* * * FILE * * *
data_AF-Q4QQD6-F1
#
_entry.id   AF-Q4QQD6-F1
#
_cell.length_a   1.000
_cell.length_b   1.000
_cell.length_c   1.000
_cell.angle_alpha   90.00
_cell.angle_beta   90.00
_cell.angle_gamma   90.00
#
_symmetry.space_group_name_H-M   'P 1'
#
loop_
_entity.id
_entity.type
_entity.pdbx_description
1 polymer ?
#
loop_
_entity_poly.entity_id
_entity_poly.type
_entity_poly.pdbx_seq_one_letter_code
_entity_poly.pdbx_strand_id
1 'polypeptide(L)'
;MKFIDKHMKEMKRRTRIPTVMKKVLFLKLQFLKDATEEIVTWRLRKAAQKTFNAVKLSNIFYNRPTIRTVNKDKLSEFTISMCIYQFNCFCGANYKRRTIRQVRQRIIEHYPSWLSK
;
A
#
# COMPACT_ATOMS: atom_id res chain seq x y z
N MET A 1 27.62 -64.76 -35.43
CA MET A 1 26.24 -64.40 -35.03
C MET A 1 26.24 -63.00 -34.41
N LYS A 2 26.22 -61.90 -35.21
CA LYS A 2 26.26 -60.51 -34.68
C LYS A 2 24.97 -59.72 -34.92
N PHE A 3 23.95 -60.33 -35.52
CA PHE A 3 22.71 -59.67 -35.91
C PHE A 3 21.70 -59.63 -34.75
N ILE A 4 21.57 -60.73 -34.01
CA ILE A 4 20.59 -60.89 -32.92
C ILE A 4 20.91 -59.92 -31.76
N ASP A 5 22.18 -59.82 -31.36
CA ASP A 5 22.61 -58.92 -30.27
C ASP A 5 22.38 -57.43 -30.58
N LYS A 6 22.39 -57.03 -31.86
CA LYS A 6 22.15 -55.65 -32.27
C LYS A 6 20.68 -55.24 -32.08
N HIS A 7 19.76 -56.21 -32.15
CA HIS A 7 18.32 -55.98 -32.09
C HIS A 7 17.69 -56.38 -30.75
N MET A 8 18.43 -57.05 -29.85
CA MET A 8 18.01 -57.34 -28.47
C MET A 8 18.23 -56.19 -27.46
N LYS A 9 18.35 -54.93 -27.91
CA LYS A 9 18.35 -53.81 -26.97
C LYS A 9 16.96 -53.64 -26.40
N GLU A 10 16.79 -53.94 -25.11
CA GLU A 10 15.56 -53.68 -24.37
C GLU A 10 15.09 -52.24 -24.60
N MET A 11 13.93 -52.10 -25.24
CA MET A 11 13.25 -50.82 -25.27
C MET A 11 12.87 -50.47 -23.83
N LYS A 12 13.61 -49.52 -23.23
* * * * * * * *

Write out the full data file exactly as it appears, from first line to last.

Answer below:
data_AF-Q4QQD6-F1
#
_entry.id   AF-Q4QQD6-F1
#
_cell.length_a   1.000
_cell.length_b   1.000
_cell.length_c   1.000
_cell.angle_alpha   90.00
_cell.angle_beta   90.00
_cell.angle_gamma   90.00
#
_symmetry.space_group_name_H-M   'P 1'
#
loop_
_entity.id
_entity.type
_entity.pdbx_description
1 polymer ?
#
loop_
_entity_poly.entity_id
_entity_poly.type
_entity_poly.pdbx_seq_one_letter_code
_entity_poly.pdbx_strand_id
1 'polypeptide(L)'
;MKFIDKHMKEMKRRTRIPTVMKKVLFLKLQFLKDATEEIVTWRLRKAAQKTFNAVKLSNIFYNRPTIRTVNKDKLSEFTISMCIYQFNCFCGANYKRRTIRQVRQRIIEHYPSWLSK
;
A
#
# COMPACT_ATOMS: atom_id res chain seq x y z
N MET A 1 27.62 -64.76 -35.43
CA MET A 1 26.24 -64.40 -35.03
C MET A 1 26.24 -63.00 -34.41
N LYS A 2 26.22 -61.90 -35.21
CA LYS A 2 26.26 -60.51 -34.68
C LYS A 2 24.97 -59.72 -34.92
N PHE A 3 23.95 -60.33 -35.52
CA PHE A 3 22.71 -59.67 -35.91
C PHE A 3 21.70 -59.63 -34.75
N ILE A 4 21.57 -60.73 -34.01
CA ILE A 4 20.59 -60.89 -32.92
C ILE A 4 20.91 -59.92 -31.76
N ASP A 5 22.18 -59.82 -31.36
CA ASP A 5 22.61 -58.92 -30.27
C ASP A 5 22.38 -57.43 -30.58
N LYS A 6 22.39 -57.03 -31.86
CA LYS A 6 22.15 -55.65 -32.27
C LYS A 6 20.68 -55.24 -32.08
N HIS A 7 19.76 -56.21 -32.15
CA HIS A 7 18.32 -55.98 -32.09
C HIS A 7 17.69 -56.38 -30.75
N MET A 8 18.43 -57.05 -29.85
CA MET A 8 18.01 -57.34 -28.47
C MET A 8 18.23 -56.19 -27.46
N LYS A 9 18.35 -54.93 -27.91
CA LYS A 9 18.35 -53.81 -26.97
C LYS A 9 16.96 -53.64 -26.40
N GLU A 10 16.79 -53.94 -25.11
CA GLU A 10 15.56 -53.68 -24.37
C GLU A 10 15.09 -52.24 -24.60
N MET A 11 13.93 -52.10 -25.24
CA MET A 11 13.25 -50.82 -25.27
C MET A 11 12.87 -50.47 -23.83
N LYS A 12 13.61 -49.52 -23.23